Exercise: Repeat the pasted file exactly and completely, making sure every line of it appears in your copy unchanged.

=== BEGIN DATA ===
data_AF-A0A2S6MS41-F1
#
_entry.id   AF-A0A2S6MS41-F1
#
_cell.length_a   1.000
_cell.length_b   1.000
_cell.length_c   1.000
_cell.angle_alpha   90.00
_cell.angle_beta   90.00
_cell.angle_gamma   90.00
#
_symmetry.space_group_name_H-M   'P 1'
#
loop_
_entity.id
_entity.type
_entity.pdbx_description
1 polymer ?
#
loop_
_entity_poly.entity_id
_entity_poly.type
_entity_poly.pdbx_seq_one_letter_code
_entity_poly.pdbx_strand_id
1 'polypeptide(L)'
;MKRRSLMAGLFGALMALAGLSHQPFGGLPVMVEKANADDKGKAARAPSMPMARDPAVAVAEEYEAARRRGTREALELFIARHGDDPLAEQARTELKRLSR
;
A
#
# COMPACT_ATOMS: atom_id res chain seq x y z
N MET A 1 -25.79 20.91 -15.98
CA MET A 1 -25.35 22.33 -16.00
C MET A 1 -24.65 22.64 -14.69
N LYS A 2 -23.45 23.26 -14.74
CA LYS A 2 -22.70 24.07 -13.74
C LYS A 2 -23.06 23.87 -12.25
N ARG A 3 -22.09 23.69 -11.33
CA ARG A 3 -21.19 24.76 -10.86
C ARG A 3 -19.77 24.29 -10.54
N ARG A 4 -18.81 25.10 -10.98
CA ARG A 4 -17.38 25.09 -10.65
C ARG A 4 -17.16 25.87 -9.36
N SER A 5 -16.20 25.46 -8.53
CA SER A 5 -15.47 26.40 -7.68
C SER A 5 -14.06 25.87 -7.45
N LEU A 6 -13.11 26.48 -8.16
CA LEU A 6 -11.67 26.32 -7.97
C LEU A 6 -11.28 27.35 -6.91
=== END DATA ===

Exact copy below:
data_AF-A0A2S6MS41-F1
#
_entry.id   AF-A0A2S6MS41-F1
#
_cell.length_a   1.000
_cell.length_b   1.000
_cell.length_c   1.000
_cell.angle_alpha   90.00
_cell.angle_beta   90.00
_cell.angle_gamma   90.00
#
_symmetry.space_group_name_H-M   'P 1'
#
loop_
_entity.id
_entity.type
_entity.pdbx_description
1 polymer ?
#
loop_
_entity_poly.entity_id
_entity_poly.type
_entity_poly.pdbx_seq_one_letter_code
_entity_poly.pdbx_strand_id
1 'polypeptide(L)'
;MKRRSLMAGLFGALMALAGLSHQPFGGLPVMVEKANADDKGKAARAPSMPMARDPAVAVAEEYEAARRRGTREALELFIARHGDDPLAEQARTELKRLSR
;
A
#
# COMPACT_ATOMS: atom_id res chain seq x y z
N MET A 1 -25.79 20.91 -15.98
CA MET A 1 -25.35 22.33 -16.00
C MET A 1 -24.65 22.64 -14.69
N LYS A 2 -23.45 23.26 -14.74
CA LYS A 2 -22.70 24.07 -13.74
C LYS A 2 -23.06 23.87 -12.25
N ARG A 3 -22.09 23.69 -11.33
CA ARG A 3 -21.19 24.76 -10.86
C ARG A 3 -19.77 24.29 -10.54
N ARG A 4 -18.81 25.10 -10.98
CA ARG A 4 -17.38 25.09 -10.65
C ARG A 4 -17.16 25.87 -9.36
N SER A 5 -16.20 25.46 -8.53
CA SER A 5 -15.47 26.40 -7.68
C SER A 5 -14.06 25.87 -7.45
N LEU A 6 -13.11 26.48 -8.16
CA LEU A 6 -11.67 26.32 -7.97
C LEU A 6 -11.28 27.35 -6.91